One of the island’s leading businessmen is warning that the planned introduction of fees on foreign exchange transactions and a whopping increase in the National Social Responsibility Levy (NSRL) could have damning consequences for businesses and the country.
President of the Barbados Chamber of Commerce and Industry (BCCI) Eddy Abed said the taxes announced yesterday by Minister of Finance Chris Sinckler could force some businesses to operate “underground” as they seek “alternative” means of operating, and drive some manufacturers out of Barbados.
“My fear is that the last few years have been so perilous and I am hoping that this does not drive more businesses underground. We have heard of several situations where businesses have gone underground,” Abed said this morning at the Hilton Barbados Resort where the BCCI and PricewaterhosueCoopers held a post-Budget breakfast seminar.
“If we keep doing these bridges and mountains more companies will look at alternative ways of doing business,” he warned.
In presenting the 2017 Financial Statement and Budgetary Proposals Sinckler announced that in an effort to address the troubling fiscal deficit and the precariously low foreign reserves, Government would increase the NSRL from two per cent to ten per cent, and would impose a two per cent commission on foreign exchange transactions.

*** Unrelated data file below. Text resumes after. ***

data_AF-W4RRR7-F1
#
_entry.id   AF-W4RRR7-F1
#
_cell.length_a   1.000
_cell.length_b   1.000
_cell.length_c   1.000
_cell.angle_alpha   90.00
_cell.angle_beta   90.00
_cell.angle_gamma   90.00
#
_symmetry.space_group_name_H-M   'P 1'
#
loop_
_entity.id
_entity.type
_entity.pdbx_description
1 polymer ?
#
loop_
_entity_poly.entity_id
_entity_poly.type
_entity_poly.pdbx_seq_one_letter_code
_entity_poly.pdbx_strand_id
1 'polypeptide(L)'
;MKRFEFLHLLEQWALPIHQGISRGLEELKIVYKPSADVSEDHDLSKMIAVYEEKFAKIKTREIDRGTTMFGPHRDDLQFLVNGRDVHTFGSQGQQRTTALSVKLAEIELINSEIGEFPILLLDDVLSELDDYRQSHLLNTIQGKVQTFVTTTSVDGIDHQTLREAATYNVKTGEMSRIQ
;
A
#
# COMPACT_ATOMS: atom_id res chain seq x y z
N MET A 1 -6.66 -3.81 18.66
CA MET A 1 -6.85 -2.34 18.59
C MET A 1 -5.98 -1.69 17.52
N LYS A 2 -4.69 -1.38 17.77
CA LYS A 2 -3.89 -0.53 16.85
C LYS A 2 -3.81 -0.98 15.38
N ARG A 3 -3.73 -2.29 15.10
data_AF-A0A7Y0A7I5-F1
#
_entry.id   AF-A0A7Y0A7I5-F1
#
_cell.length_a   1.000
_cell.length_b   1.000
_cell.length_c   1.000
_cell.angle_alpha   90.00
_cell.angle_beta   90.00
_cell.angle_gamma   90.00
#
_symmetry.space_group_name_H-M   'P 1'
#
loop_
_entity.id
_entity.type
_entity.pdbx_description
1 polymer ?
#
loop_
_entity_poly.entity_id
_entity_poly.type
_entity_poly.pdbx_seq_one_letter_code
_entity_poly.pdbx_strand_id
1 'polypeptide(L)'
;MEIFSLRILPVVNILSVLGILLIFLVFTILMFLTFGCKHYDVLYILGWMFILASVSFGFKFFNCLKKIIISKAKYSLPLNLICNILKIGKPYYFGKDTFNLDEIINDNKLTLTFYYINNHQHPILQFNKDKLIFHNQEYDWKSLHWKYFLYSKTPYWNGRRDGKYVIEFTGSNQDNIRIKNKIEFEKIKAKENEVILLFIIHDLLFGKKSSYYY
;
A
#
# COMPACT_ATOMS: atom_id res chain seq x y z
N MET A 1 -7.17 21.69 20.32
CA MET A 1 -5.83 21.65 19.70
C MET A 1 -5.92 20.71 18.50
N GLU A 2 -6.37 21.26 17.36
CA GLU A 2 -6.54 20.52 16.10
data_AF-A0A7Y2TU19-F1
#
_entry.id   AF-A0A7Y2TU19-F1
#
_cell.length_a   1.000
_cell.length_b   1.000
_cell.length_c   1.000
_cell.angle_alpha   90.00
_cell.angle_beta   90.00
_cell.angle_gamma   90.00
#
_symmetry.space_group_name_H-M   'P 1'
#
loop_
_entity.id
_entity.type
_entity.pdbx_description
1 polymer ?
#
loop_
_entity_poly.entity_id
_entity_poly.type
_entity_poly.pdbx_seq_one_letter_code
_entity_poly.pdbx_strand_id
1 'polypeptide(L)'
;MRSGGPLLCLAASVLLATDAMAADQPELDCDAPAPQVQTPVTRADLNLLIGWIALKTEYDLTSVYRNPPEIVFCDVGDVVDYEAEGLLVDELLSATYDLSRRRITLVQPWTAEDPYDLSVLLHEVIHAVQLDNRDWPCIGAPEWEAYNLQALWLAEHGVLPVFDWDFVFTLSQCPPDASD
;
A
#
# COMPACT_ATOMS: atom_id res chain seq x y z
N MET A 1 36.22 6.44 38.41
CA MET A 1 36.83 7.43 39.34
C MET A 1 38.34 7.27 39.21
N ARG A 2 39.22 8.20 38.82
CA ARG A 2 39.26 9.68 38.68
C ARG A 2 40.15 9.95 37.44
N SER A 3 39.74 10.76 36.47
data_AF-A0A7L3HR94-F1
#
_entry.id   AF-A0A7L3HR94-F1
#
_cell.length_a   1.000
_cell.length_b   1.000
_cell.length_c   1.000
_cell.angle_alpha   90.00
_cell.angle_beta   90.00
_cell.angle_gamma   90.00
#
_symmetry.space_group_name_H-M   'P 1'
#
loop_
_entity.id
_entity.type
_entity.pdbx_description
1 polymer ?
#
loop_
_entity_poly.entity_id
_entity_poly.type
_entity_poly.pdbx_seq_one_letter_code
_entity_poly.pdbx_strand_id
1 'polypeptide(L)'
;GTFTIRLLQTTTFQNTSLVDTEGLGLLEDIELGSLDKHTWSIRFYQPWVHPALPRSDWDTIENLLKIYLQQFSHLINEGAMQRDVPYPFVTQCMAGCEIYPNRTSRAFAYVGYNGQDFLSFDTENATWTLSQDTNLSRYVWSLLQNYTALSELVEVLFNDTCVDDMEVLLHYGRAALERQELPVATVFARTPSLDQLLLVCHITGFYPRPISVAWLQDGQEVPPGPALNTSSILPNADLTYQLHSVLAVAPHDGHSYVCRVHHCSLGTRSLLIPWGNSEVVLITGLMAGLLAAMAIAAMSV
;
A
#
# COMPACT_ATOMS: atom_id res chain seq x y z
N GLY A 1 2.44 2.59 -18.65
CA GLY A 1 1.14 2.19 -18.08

These measures are expected to earn Government $218 million and $52 million respectively in revenue for the current financial year, he said.
Meanwhile, Executive Chairman of Caribbean LED Lighting Inc Jim Reid expressed concern that the measures would lead to further uncertainty in the economy.
Reid accused the Freundel Stuart administration of seeking to “dampen the economy”, pointing out that some manufacturers had cast doubt on their ability to continue operating here as a result of the two per cent fee on foreign exchange transactions.
The local manufacturer said there were more questions than answers at this stage, and demanded clarity on the measure, saying his company exports over 70 per cent of the products it produces.
“We are a net foreign exchange earner and I would like to know how this two per cent is going to work,” he said.
In his Budget presentation yesterday, Sinckler said the main aim of the measures was to dampen the demand for foreign exchange as Government seeks to shore up the international reserves, which stood at approximately $749 million or 10.7 weeks of import cover at the end of March.